We are sad to announce the death, on 28th June 2009, of Freddie North, one of the last surviving giants of the rubber bridge era as well as a very popular bridge teacher and writer.
Frederick Lumsden North was born in Southsea in 1921. His father had been an officer in the First World War and Freddie followed in his footsteps, joining a young soldiers’ battalion at the age of 17. He was commissioned into the Queen’s Royal Regiment in 1941, promoted to Captain in 1943 and to Major in January 1945. After demobbing in November 1946, Freddie went on to the Imperial Service College (later amalgamated with Haileybury). In his youth, he had been a proficient rugby player as well as an accomplished race rider.
Freddie North was one of the first bridge professionals of post-war England. In 1950, he opened The Sussex School of Bridge, which flourished until his retirement in 2000. From the mid-70s until his retirement, Freddie also worked for P&O, organising and running bridge on cruise ships. In over fifty years of playing and teaching bridge, Freddie North also contributed regular columns to most of the English bridge magazines, and wrote over twenty bridge books, some in collaboration with the great Jeremy Flint. His elegant style of writing, lucid and gently humorous, endeared him to tens of thousands of readers and students.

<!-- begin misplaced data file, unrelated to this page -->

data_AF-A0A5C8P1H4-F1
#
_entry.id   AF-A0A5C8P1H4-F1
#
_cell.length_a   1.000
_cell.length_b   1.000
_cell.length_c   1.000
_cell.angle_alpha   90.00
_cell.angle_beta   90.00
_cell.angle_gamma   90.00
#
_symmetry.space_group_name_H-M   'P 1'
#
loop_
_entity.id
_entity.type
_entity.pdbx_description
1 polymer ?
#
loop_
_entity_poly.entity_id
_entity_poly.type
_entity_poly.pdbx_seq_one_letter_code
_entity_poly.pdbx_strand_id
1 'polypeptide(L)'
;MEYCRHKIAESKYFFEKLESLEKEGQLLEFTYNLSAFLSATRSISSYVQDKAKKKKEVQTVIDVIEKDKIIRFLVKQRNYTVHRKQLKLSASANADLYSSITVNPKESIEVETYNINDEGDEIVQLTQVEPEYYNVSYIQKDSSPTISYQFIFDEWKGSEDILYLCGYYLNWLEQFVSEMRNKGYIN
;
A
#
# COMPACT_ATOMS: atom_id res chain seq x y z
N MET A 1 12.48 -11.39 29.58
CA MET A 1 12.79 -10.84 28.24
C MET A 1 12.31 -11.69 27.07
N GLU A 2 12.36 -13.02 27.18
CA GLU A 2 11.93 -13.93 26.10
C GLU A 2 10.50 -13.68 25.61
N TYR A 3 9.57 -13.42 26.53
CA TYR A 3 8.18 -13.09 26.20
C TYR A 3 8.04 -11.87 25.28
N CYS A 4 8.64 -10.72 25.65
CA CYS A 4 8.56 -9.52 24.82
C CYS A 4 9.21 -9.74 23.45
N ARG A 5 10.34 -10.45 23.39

Although primarily a very successful high-stakes rubber bridge player, Freddie North also excelled at duplicate bridge, becoming one of the EBU’s first Grand Masters. He won his first national title in 1948, The Sydney Woorward Cup, playing with Peter Heywood. He won the National Pairs in 1952 in partnership with Chris Hunt, The Field Cup in 1958 opposite the great Maurice Harrison-Gray, and The Daily Telegraph Cup four times (1950, 1955-56, 1963 and 1967). In tandem with John Pugh, Freddie won the Pachabo twice (1959 and 1962) representing Sussex CBA, of which he was President for nearly thirty years from 1972. They also won the Gold Cup in 1962, playing with Harrison-Gray, Rockfelt and the Sharples brothers, and Crockfords in 1967 with Louis Tarlo and Claude Rodrigue as team-mates.
Freddie represented Great Britain in the World Pairs Olympiad of 1962 and 1966, and played with Dimmie Fleming in the 1962 World Pairs. He also represented England in several Camrose matches in the late 1950s and 1960s.
Freddie North lived in Sussex, together with his wife, Margaret, and their dog, Sasha. He kept writing until the end; always the polished professional, he was preparing his next set of articles for English Bridge when pneumonia and a previously undiagnosed lung cancer brought a swift end to his long and busy life.
Our sympathies go to Margaret and Freddie’s family. He will be sorely missed by all his friends and readers.